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Rectangles combine the ideas of support and resistance into a single chart pattern. When prices encounter a resistance level, they often fall. At support levels, prices often find a short-term bottom.
In a rectangle pattern, prices move between support and resistance for some time. This is a consolidation pattern, and it is often seen after a sharp price move.
How Traders Use It
By itself, the pattern doesn't offer any clues as to the direction of the next trend. But traders use the rectangle pattern to identify potential trades.
For example, after falling nearly 90% when the Internet bubble burst, Cisco Systems (NASDAQ: CSCO) formed a year-long rectangle on the chart. This allowed traders to see that the worst of the decline was indeed over, and many who spotted rectangles in tech stocks prepared for a new bull market. When CSCO finally broke out of the rectangle, the price almost doubled in just six months. Had the rectangle broke to the downside, it would have been a sign for traders to go short.
After a breakout from a rectangle, prices often briefly move back into the pattern. Most traders will wait for this to happen before taking action.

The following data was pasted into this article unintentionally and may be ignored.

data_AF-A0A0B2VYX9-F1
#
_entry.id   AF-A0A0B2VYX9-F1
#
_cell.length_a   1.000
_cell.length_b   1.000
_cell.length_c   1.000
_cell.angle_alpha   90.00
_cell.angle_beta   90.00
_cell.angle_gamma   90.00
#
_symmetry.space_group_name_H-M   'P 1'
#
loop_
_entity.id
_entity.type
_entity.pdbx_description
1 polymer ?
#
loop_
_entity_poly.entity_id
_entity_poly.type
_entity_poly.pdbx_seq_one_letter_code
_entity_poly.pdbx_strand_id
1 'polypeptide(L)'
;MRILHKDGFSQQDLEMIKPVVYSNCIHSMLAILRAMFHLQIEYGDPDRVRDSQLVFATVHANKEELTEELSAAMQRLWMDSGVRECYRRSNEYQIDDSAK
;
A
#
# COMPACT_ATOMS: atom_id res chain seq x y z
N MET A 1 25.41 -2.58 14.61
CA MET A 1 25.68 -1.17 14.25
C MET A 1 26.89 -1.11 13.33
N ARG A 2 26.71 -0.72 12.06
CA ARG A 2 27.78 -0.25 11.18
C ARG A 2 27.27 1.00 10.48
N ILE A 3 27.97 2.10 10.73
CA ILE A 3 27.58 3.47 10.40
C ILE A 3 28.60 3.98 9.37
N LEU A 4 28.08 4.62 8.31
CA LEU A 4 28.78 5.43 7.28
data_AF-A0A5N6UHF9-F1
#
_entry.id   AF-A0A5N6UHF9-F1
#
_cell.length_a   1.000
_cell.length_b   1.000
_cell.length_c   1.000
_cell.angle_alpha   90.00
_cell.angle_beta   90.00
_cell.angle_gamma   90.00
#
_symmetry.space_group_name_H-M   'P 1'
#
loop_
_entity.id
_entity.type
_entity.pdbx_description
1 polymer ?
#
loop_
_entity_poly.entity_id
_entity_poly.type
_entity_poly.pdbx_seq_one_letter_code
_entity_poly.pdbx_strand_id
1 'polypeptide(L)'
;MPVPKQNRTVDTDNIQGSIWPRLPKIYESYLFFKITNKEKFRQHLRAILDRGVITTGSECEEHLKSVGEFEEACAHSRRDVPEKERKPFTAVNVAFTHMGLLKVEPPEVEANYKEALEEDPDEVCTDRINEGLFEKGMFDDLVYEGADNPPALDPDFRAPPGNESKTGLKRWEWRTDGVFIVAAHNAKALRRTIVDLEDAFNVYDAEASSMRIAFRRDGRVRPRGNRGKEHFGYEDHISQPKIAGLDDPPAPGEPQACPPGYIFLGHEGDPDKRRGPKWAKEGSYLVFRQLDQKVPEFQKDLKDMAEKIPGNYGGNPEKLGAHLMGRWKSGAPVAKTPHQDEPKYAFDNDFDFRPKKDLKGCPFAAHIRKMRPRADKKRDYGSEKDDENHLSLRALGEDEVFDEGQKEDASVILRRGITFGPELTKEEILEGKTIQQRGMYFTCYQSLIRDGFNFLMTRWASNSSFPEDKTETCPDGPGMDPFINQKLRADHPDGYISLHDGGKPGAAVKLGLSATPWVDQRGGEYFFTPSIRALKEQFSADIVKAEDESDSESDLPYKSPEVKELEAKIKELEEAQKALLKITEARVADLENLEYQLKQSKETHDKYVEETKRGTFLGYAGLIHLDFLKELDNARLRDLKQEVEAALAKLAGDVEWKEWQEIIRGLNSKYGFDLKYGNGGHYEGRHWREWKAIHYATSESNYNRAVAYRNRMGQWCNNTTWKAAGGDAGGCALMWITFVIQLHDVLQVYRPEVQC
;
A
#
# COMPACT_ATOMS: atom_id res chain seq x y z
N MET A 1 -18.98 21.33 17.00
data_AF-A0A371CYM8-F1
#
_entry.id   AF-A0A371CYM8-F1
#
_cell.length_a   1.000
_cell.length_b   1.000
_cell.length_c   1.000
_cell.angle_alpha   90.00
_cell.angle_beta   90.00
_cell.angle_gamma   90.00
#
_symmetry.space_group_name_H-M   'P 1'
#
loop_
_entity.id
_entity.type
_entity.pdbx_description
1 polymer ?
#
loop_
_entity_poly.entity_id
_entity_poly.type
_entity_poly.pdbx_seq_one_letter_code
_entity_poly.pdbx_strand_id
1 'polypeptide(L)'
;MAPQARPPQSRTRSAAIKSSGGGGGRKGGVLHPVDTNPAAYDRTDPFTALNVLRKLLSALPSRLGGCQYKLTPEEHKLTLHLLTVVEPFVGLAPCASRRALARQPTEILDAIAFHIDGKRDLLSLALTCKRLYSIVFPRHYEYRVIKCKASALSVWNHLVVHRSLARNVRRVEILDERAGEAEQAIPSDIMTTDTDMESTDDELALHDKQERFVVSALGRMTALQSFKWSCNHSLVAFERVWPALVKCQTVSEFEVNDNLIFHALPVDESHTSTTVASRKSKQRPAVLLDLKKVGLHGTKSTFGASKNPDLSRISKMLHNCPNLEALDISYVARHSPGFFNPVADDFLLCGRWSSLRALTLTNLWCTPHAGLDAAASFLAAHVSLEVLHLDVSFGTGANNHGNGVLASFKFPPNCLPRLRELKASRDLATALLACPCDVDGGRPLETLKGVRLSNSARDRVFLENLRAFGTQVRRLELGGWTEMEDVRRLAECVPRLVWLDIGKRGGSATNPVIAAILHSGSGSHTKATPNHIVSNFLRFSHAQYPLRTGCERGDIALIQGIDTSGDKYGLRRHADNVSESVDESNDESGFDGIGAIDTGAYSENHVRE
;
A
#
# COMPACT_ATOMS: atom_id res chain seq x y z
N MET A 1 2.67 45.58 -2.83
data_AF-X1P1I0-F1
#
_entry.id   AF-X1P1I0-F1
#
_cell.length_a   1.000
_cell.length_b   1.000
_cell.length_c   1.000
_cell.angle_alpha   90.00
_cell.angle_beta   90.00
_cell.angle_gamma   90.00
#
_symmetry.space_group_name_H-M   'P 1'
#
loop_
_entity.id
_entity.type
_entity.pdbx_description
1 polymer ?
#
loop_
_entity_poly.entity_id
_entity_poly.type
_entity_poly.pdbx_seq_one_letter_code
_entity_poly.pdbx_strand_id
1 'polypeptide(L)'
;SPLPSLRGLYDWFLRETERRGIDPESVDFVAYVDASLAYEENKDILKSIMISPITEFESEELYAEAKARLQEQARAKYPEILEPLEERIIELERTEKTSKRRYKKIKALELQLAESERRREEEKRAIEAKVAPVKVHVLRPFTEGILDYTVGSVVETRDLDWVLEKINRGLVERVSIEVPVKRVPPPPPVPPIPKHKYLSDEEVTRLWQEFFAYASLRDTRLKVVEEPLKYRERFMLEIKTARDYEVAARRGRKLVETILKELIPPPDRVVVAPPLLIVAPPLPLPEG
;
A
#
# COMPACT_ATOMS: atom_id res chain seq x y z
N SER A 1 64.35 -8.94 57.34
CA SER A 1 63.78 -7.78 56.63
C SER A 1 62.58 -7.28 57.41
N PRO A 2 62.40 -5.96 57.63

Rectangles form over weeks or months, and the price moves away from the pattern tend to unfold slowly. This makes it a relatively low-risk trade if the trader waits for confirmation that the pattern has been completed.
Confirmation can be found with time, i.e., a breakout lasting several weeks is likely to be the start of a new trend. Other indicators, like oscillators, can also be used to confirm the breakout. An oscillator such as Moving Average Convergence/Divergence (MACD) should be bullish to confirm an upside breakout and bearish to confirm downside moves.
Why It Matters To Traders
Consolidations usually occur before significant market moves, and the rectangle pattern is a signal that a move is likely to begin soon. Knowing a market is in consolidation, traders can watch the chart to see when the breakout occurs.
Like several other chart patterns, the rectangle also offers a way to determine a price target.
After the breakout, traders expect the price to move by the height of the pattern in the direction of the breakout. If the top of the rectangle forms near $20 a share and the bottom is near $10, the $10 range offers a guide as to the size of the move that should follow the breakout. So, if the stock closes above $20, traders would expect it to eventually reach $30.
Price targets are useful when the trader spots several different trading opportunities. Many traders will take the trades that have the most potential reward and pass on those that have lower projected gains.
As I'm sure you are all aware, stock prices have been unusually volatile lately...